BRUSSELS (Reuters) - The European Commission has extended the scope of its investigation into whether Gibraltar's corporate tax regime favors certain companies, in breach of EU state aid rules.
The EU executive will examine a practice which allows companies to ask for advance confirmation of whether certain income is subject to tax in the British colony, it said on Wednesday.
Gibraltar is part of the EU through its ties to United Kingdom, although it is excluded from certain policy areas.
The move comes as the EU steps up its campaign against what some members consider to be unfair tax competition and the facilitation of corporate tax avoidance by some European countries.
On Tuesday, the EU accused Ireland of swerving international tax rules by letting Apple shelter profits worth tens of billions of dollars from revenue collectors in return for maintaining jobs.
Gibraltar, with a population of about 30,000, has a booming economy largely based on online gambling, insurance firms and tourism. It regularly clashes with Spain, which wants to reclaim Gibraltar three centuries after ceding it to Britain in a treaty.
The Commission said it had assessed 165 tax rulings granted by the Gibraltar tax authorities to different companies in 2011, 2012 and up to August 2013, adding it had concerns that potentially all assessed rulings may contain state aid.
The Commission announced in October 2013 it had opened an in-depth investigation into another aspect of Gibraltar's corporate tax regime -- an exemption for passive income such as royalties and interest from corporate tax.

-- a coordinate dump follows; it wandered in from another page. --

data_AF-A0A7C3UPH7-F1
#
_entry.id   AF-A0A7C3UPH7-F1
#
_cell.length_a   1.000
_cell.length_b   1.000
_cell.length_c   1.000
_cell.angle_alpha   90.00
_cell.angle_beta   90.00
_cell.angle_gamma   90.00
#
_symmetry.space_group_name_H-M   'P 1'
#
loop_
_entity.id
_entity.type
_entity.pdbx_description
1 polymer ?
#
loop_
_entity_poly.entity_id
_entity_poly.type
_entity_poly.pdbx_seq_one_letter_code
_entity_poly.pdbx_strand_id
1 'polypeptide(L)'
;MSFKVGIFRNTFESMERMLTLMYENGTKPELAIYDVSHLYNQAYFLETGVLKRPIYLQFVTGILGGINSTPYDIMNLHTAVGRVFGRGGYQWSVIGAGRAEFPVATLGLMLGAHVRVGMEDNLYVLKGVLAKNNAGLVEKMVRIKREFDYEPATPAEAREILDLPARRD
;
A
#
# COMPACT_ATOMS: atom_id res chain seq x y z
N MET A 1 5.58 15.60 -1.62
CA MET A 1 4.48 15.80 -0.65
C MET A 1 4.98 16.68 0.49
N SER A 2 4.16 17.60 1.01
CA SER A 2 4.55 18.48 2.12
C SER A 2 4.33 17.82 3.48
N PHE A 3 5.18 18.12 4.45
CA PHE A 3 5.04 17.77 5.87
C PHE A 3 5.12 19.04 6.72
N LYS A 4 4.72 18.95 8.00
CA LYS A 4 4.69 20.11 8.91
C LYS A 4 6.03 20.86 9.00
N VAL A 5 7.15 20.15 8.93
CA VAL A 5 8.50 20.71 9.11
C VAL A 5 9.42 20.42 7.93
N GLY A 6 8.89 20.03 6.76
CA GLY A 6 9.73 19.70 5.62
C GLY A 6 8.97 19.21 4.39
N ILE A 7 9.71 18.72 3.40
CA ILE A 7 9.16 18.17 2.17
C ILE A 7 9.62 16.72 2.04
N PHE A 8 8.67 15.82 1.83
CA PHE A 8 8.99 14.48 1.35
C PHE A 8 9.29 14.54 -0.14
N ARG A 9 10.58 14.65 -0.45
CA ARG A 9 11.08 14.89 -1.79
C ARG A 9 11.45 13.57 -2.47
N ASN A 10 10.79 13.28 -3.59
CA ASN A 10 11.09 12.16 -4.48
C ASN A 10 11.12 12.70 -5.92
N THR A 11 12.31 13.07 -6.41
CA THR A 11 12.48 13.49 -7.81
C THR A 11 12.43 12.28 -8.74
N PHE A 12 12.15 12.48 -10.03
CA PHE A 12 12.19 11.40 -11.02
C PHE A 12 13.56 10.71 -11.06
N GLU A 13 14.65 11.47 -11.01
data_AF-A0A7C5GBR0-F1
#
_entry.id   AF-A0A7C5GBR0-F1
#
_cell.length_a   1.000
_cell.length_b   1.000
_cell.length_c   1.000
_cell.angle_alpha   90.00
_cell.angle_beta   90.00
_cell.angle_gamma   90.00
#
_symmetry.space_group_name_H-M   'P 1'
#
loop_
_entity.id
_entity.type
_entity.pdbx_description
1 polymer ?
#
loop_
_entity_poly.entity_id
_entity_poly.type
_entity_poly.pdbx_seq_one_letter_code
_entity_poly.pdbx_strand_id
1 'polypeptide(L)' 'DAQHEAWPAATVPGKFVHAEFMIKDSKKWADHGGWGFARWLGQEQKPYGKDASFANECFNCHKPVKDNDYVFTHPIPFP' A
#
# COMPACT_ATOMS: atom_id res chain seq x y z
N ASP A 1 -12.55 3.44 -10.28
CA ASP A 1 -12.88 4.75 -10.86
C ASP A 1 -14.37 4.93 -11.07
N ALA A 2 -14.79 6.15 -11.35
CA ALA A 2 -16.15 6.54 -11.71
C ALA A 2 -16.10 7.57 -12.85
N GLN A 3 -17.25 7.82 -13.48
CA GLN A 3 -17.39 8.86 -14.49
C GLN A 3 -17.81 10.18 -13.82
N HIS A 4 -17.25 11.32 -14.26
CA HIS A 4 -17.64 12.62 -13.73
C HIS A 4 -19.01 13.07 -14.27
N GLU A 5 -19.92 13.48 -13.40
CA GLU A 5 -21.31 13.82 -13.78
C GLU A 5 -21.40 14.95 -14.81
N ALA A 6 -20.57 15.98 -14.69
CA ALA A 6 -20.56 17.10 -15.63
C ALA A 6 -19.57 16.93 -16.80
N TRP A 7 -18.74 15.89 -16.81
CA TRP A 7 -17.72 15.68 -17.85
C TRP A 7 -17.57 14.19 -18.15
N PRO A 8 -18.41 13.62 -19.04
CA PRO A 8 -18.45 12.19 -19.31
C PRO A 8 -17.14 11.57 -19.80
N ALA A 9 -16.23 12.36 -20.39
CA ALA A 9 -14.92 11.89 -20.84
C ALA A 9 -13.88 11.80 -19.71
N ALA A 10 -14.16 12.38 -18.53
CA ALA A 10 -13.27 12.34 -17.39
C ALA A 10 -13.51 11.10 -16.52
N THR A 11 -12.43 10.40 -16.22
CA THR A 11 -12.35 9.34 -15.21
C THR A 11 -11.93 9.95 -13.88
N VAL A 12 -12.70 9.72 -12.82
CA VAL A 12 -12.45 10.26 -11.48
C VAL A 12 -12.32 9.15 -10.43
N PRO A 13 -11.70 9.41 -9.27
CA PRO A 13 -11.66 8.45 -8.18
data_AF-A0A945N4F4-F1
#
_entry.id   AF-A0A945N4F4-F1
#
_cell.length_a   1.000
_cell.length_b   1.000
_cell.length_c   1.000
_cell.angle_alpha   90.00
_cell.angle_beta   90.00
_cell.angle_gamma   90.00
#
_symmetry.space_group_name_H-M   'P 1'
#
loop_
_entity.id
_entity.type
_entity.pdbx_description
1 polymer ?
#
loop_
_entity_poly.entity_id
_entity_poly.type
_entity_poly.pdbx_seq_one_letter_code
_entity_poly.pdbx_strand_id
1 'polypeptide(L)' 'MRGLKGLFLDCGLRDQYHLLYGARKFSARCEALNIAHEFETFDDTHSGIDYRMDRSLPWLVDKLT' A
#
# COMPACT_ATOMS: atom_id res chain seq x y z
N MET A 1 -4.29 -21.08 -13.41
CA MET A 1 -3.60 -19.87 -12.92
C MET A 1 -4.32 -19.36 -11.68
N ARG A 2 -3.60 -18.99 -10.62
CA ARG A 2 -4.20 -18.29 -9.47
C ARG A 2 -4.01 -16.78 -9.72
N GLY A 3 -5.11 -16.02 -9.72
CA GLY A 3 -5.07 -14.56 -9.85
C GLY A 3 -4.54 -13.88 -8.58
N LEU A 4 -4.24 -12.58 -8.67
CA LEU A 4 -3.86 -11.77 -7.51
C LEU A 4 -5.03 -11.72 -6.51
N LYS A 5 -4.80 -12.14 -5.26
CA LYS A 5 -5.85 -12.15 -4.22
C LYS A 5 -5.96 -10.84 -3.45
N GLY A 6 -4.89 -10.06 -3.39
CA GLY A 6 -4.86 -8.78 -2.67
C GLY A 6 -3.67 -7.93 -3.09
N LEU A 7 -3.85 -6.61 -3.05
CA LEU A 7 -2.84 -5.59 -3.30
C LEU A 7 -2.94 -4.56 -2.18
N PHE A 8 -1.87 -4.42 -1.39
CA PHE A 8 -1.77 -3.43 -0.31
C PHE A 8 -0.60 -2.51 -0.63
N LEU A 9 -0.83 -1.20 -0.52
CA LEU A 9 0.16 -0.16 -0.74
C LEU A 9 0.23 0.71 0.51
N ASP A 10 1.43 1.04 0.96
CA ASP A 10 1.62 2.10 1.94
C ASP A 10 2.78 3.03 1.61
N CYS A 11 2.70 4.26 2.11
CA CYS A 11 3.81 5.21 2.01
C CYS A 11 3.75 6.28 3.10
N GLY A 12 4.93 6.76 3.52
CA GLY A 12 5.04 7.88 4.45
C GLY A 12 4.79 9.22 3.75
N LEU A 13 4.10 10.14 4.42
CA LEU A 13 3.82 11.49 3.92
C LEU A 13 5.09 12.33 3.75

The decision to open that investigation came after Spain complained to the Commission in 2012 about Gibraltar's income tax act, alleging that it would grant a selective advantage to offshore companies.
A Gibraltar government spokesman said the latest decision by the outgoing EU Competition Commissioner, Joaquin Almunia, was wrong and was founded on basic errors of fact.
"Her Majesty's Government of Gibraltar will continue to cooperate with the Commission going forward in order to demonstrate that the Income Tax Act 2010 does not breach any EU state aid rules. We have full confidence in all aspects of the operation of the act," he said.
The EU launched a major push against beggar-thy-neighbour tax policies in the 1990s and countries such as France and Germany feel the development of new techniques for profit-shifting means the EU needs to revisit the problem again.
(Reporting by Adrian Croft; additional reporting by Tom Bergin in London; Editing by Mark Potter)